Palazzo dei Pittori, my new neighbor

My new apartment is right across due viale from the very handsome Palazzo dei Pittori.  The palazzo and I are separated by 2 viale or boulevards and one stream (the Mugnone), and I always admire the facade of the palazzo whenever I gaze across this space.  There is nothing blocking my view except some beautiful green trees and a stream, and two grand-scale viali or boulevards.  The Palazzo provides a gorgeous backdrop!

Here is a Youtube video about the palazzo and its current iteration.

And here is some background info garnered from the web on this fine structure:
On Saturday May 16th, 2016, the beautiful Palazzo dei Pittori  reopened to the public – on the occasion of the 150th anniversary of Florence Capital – a building that has always fascinated and intrigued Florentines and others. The president of the culture commission of the Municipality participated in the event.

The building, intended for the studies of artists, has always been called “Palazzo dei Pittori” and located on the southern bank of the Mugnone stream, today Viale Giovanni Milton, at numbers 47 and 49.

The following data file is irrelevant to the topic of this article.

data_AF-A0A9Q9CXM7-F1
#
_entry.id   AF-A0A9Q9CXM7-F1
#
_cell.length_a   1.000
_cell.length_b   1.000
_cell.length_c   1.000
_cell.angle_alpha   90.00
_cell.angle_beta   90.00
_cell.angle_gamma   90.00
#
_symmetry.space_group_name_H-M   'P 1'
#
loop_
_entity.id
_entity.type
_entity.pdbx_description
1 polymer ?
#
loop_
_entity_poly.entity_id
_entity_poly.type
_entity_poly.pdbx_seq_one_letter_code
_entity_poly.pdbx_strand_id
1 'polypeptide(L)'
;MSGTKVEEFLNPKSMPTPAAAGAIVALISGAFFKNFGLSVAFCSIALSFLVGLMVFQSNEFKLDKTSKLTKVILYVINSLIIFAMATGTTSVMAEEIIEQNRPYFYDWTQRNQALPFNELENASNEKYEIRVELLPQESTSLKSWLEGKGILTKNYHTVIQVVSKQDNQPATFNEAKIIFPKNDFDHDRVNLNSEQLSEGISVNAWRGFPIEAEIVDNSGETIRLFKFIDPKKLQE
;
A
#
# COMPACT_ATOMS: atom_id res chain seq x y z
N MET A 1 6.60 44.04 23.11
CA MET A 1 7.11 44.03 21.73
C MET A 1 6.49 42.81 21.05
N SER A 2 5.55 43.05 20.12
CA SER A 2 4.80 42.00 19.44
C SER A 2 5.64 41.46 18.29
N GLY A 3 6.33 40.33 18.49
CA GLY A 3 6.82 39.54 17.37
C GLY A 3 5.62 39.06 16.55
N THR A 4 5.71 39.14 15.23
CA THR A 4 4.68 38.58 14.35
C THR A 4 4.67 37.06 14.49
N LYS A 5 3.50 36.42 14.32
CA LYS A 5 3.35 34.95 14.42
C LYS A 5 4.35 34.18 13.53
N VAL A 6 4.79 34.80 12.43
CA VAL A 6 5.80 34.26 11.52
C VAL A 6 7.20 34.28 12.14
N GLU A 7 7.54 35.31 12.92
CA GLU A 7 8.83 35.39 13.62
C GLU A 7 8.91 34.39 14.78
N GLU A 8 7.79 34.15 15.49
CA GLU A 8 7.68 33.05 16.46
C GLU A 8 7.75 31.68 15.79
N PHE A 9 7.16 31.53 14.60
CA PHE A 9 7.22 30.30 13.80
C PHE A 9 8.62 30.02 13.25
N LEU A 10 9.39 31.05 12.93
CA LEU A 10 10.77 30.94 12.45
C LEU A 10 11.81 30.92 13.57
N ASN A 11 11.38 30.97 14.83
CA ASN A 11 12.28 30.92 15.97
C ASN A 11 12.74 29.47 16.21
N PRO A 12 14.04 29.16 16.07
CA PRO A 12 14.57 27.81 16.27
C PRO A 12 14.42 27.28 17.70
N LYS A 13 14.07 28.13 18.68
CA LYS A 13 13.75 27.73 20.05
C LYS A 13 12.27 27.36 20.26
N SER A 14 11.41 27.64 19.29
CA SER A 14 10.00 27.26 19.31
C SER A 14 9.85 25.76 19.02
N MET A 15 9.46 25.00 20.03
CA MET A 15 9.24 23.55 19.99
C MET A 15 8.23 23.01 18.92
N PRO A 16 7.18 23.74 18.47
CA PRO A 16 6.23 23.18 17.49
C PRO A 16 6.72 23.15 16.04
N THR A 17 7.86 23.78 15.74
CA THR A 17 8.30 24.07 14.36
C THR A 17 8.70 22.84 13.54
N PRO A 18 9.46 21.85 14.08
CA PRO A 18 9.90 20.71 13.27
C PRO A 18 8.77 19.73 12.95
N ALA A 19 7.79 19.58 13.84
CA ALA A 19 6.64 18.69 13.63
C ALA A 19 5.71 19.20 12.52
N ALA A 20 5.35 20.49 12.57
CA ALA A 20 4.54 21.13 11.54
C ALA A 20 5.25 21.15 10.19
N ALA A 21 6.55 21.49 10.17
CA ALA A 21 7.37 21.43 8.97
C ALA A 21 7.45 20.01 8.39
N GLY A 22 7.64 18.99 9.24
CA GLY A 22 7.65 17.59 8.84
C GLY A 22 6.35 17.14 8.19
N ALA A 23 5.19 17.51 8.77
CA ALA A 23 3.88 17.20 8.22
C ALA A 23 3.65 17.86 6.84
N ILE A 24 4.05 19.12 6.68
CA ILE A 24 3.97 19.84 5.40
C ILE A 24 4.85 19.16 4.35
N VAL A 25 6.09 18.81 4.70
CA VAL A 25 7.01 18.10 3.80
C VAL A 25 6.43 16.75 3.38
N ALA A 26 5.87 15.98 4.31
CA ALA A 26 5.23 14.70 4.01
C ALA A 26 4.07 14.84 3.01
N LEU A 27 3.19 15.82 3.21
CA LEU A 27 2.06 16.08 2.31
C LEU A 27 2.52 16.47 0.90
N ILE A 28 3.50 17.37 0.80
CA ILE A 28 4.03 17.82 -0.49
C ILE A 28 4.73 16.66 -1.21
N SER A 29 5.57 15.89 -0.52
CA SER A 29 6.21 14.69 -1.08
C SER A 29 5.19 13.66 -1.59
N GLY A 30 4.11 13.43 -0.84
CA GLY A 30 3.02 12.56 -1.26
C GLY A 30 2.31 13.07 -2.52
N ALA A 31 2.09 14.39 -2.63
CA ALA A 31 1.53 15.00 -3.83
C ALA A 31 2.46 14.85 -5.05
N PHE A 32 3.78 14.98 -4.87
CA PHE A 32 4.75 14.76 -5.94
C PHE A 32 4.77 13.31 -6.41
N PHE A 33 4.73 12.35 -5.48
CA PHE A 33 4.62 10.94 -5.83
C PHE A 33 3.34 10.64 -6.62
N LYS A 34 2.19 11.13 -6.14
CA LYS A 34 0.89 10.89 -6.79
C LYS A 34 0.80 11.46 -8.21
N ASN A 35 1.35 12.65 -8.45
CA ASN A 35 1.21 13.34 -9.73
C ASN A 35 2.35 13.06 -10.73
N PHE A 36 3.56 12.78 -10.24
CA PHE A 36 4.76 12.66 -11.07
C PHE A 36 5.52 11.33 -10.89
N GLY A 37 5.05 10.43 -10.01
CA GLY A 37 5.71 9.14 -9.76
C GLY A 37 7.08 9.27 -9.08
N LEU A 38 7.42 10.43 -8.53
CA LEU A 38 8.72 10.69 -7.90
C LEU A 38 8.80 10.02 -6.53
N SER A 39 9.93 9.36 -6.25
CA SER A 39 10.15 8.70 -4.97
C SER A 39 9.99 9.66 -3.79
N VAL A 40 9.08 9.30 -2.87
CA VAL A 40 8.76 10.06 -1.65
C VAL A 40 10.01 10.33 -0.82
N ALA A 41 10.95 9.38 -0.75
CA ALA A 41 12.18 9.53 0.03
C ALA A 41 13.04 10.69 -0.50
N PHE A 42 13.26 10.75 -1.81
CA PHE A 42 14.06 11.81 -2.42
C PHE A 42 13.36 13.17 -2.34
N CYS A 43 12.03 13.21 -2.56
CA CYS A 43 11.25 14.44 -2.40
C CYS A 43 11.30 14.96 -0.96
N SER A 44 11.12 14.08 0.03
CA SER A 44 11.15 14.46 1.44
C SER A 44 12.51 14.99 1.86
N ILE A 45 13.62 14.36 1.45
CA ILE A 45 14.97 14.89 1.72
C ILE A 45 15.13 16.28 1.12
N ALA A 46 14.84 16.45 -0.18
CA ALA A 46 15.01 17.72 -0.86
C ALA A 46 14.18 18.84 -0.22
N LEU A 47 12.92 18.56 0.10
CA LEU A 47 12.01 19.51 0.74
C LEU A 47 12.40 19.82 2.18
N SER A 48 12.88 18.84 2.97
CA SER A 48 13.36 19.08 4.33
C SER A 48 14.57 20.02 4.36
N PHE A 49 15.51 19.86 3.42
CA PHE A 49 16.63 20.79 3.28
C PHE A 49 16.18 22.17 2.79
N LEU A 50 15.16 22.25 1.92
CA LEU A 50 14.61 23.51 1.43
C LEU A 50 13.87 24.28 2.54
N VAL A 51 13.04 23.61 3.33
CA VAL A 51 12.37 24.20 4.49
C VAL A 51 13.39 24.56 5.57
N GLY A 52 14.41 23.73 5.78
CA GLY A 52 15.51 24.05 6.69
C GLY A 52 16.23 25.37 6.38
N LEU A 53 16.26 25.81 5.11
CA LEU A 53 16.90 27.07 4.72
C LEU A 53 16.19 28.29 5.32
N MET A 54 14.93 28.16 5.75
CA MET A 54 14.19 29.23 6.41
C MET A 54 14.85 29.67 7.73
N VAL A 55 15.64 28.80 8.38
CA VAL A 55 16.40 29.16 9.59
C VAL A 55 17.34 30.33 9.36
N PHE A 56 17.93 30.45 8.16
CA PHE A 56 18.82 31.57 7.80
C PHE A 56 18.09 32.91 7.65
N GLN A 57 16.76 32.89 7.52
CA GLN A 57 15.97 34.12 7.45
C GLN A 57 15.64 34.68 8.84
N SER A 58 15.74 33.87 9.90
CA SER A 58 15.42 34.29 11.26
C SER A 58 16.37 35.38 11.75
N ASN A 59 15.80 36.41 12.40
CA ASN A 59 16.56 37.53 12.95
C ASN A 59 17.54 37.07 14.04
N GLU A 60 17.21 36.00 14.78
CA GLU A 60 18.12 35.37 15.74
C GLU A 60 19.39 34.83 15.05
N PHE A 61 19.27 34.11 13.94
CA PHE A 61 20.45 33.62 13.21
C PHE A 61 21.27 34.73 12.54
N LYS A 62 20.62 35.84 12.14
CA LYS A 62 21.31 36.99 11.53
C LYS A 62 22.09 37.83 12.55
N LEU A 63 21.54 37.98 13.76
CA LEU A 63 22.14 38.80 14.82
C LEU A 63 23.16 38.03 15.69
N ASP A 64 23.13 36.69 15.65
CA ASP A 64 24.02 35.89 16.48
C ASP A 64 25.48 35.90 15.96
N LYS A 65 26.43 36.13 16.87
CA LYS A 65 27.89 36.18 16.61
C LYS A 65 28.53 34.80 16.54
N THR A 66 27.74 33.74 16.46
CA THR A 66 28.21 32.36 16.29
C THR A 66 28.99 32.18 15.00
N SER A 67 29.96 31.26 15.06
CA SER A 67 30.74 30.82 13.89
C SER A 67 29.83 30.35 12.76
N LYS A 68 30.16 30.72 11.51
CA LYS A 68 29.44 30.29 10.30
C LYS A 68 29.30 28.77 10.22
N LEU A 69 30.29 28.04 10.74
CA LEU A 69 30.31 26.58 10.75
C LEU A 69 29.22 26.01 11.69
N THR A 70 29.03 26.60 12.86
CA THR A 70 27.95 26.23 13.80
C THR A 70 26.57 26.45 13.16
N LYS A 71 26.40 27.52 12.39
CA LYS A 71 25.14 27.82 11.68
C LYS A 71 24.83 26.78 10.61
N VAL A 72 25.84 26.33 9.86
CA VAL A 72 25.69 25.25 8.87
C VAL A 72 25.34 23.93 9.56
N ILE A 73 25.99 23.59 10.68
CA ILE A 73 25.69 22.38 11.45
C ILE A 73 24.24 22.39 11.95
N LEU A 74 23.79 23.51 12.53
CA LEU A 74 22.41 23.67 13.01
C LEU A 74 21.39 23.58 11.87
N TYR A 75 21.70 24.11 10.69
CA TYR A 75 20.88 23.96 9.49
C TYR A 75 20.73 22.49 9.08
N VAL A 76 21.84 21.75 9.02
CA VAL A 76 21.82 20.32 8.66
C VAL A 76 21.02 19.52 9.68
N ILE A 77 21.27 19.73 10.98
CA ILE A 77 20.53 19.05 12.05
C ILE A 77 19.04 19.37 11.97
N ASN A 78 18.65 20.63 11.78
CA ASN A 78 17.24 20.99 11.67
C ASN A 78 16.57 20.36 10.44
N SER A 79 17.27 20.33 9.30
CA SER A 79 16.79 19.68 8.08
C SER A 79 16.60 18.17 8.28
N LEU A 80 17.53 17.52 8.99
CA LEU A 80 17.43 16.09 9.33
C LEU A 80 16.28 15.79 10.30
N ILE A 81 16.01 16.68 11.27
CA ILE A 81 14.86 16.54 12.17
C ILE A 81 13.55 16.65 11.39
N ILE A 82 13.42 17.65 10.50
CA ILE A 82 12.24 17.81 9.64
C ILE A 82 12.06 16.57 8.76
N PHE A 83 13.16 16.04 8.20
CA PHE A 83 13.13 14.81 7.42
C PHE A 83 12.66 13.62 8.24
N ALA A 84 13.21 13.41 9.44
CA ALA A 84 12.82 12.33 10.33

The building was commissioned by an English painter named Lemon who was living in Florence. It was designed by the architect and engineer Tito Bellini and built in the 2nd half of the 19th century to host artists of various nationalities including English, German, Russian, Swiss and also Italians, all of whom created art during the time that Florence was the capital of Italy (1860-1865).

The Palazzo dei Pittori itself was built during the “Umbertino period,”  with its large spaces and austere decoration.

From its construction to the present day, there have been many well and lesser known artists who have worked in the palace, including the Sicilian sculptor Domenico Trentacoste, the Macchiaiolo painter Egisto Ferroni, Giovanni and Romeo Costetti, the sculptor Giuseppe Graziosi and many others.  It was also home to a prestigious school of painting called the “Florentine School of Painting,” directed by professors Giuseppe Rossi and Alberto Zardo.

Other creative artists also worked in this atelier, including poets and writers such as Gabriele D’Annunzio and Mario Luzi.

This is therefore a place that houses an important but forgotten past, vaguely mysterious, waiting to be discovered.


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